Last week, Birdwali Aunty went on a short trip to visit her parents. But before I go on to write about her exploits, a word about how she happened to become Birdwali Aunty. That’s the name given to her by Tiara, daughter of BlogwatiG, who has been following the bird pictures posted by Birdwali Aunty on Facebook. If you all remember Tiara is the smart girl who won the captioning contest at Shail’s Nest, some months back (link). Getting back to Birdwali Aunty, little did she know what awaited her at the other end of her short train journey. On her previous visits Birdwali Aunty had not yet graduated to a zoom lens and so was ignorant about the variety of winged population around those parts, that is other than those that she saw in passing while she went about clicking every flower worth its name in the vicinity.
This time, armed with her new lens, in her optimistic way, she was hoping to click some (to her) new birds. Yes, she had given away her older lens which weren’t old if you know what I mean, for a pittance. Not that she was feeling exceptionally Karna-ish or anything. Birdwali Aunty had realized that the 55-200mm lens though good enough, was not really good enough for those shy birds who liked to keep their distance from humans. Not that she blamed the birds. She herself likes to keep her distance from humans most times.
Anyways, Birdwali Aunty got herself a brand new 55-300mm Nikkor lens from the nearest Nikon dealer, because Flipkart, whose loyal customer she had been until then, refused to ship it to her place. Don’t be misled by that to think she resides in some Godforsaken tiny hamlet unreachable by the minions of Flipkart or their agents. In fact she is from that much talked about wealthy land where Lord Anantha Padmanabha himself reclines, in all his glory. With the new lens, Birdwali Aunty felt suitably well equipped to shoot all those Winglings as she affectionately calls them.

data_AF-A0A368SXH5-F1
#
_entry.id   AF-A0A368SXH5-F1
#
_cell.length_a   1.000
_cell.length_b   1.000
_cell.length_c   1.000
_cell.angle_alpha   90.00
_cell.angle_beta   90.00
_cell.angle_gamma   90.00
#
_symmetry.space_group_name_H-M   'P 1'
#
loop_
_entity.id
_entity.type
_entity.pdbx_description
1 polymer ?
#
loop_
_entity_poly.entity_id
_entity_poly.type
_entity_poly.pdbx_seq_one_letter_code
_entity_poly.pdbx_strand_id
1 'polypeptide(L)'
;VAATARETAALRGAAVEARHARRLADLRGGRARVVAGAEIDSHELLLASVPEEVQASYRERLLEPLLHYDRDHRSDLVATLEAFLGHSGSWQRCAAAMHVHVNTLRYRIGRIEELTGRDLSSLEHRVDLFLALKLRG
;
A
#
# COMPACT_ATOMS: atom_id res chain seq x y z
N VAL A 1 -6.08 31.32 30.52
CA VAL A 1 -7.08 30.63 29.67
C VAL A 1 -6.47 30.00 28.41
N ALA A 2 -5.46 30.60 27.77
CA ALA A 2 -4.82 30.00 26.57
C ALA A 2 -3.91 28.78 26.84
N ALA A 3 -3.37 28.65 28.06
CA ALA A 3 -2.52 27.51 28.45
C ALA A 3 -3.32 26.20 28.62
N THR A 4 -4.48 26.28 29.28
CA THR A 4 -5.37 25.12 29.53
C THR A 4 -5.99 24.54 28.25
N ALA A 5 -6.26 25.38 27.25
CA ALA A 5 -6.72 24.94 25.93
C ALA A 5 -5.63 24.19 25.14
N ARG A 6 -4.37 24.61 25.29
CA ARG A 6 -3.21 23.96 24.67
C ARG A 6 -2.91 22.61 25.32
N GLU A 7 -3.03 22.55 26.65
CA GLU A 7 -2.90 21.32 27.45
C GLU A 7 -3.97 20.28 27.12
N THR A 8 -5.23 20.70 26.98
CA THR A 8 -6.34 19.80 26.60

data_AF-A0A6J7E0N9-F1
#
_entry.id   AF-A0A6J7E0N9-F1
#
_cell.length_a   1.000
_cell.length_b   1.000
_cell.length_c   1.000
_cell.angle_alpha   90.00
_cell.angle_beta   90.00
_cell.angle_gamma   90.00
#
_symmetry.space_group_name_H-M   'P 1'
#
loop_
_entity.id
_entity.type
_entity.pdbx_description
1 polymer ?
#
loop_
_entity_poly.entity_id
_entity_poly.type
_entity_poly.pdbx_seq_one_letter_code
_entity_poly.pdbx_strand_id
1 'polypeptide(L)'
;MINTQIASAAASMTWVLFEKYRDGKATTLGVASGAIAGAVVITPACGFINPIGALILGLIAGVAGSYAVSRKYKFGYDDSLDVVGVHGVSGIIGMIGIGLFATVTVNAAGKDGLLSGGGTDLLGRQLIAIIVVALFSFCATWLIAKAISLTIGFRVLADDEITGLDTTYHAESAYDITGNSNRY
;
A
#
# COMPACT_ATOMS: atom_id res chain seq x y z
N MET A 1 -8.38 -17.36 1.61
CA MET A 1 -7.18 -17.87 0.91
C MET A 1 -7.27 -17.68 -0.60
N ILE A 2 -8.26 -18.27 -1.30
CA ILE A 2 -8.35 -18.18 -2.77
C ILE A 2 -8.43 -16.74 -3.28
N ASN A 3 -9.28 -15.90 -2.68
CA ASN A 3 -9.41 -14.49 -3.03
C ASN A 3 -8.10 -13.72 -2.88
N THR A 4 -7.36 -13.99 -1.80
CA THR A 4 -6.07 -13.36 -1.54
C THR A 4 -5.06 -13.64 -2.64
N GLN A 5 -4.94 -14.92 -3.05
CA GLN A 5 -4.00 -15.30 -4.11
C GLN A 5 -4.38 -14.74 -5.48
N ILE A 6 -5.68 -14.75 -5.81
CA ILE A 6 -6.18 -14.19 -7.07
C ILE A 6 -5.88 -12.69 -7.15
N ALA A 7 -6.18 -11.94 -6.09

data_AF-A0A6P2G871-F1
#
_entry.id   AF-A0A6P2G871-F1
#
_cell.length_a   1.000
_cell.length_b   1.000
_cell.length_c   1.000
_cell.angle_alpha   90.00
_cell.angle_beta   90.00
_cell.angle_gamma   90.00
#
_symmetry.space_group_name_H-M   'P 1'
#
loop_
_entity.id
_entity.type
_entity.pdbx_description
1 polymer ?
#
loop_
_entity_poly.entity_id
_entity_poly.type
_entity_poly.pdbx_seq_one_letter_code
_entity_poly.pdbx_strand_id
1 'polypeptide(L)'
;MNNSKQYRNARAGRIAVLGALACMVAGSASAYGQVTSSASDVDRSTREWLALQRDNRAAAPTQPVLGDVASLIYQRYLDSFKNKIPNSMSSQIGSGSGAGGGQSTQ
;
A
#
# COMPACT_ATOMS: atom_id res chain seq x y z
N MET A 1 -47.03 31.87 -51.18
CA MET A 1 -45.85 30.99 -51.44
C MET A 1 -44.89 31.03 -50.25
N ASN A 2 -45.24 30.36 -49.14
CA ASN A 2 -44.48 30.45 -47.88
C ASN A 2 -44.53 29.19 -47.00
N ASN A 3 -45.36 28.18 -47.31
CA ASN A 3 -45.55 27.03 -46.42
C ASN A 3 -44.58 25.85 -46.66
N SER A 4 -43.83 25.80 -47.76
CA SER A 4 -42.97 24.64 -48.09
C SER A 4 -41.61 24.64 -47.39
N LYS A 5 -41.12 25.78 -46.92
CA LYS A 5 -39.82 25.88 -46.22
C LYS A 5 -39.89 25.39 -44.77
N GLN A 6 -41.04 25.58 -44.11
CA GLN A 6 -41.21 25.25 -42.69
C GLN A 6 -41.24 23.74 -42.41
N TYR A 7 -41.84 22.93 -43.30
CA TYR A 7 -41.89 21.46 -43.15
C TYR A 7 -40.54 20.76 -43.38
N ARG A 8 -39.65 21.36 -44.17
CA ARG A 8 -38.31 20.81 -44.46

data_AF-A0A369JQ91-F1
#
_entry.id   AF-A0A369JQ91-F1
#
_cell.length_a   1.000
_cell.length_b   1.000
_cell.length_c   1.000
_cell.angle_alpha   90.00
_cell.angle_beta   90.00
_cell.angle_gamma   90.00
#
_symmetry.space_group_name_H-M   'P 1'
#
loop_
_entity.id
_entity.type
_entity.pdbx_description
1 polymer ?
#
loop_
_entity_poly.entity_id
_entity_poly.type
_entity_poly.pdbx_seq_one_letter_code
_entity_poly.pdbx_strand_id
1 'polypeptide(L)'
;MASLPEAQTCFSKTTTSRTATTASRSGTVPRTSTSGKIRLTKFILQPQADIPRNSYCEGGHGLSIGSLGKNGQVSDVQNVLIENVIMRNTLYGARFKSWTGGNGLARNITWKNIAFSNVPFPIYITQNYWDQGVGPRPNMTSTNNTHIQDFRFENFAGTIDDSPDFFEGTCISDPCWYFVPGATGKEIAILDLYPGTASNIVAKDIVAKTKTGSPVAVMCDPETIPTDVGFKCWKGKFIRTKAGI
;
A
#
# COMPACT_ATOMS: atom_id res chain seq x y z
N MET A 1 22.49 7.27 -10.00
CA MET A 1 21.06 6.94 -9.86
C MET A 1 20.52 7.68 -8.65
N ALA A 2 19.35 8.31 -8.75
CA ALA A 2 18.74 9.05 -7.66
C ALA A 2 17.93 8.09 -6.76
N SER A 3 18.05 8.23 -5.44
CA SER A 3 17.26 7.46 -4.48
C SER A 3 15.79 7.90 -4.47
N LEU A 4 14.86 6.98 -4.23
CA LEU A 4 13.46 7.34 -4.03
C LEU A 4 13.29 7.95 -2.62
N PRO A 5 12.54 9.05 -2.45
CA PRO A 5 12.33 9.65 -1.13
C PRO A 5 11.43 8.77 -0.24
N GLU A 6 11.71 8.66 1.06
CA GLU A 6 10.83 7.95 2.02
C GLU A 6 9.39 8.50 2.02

She already had shot hundreds of pictures of Purple-rumped Sunbirds, Loten’s Sunbirds, White-cheeked Barbets, Greater Coucals, Red-whiskered Bulbuls, White-throated Kingfishers, Orientel Magpie-Robins, Tailerbirds and of course, Crows, from in and around her house which she was systematically dumping on her unsuspecting Facebook friends. In fact there have even been rumors doing the rounds of a secret delegation going to meet Mr. Zuckerberg to seek a ban on Birdwali Aunty’s bird-pictures flooding their timeline. Be that as it may, an ‘unruffled’ Birdwali Aunty hungered for something new to add to her repertoire of Wingling photos. She recalled the picture of the lovely Green Bee-eater Hitchy had posted (link) and sighed longingly. It was such a lovely bird. Maybe she would at least encounter a Pond-Heron in the waterlogged area near her parents’ abode this time around. Something, anything new, she thought as she waited for the next day to dawn.
The next morning she woke up to the chirping of birds. Excited, Birdwali Aunty quickly ran out, waddled would be the correct term, lugging her camera, fitted with her new zoom lens. The first thing she realized on walking around the house had been that the squawks came from a parrot kept in captivity next door and the incessant chirps from the lovebirds, also in captivity in another house. Her disappointment knew no bounds. Just then two Mynas, perhaps getting wind of her disappointment came and sat on the corner of the roof opposite. Oh well, if nothing else, then a Myna. Birdwali Aunty was eager to start testing her new lens. She started clicking the Mynas who seemed to be busy trying to extract something from the area under the corner tile. To her amazement, they actually put on a show for her. That’s when Birdwali Aunty realized she had just hit Bird Bonanza Time.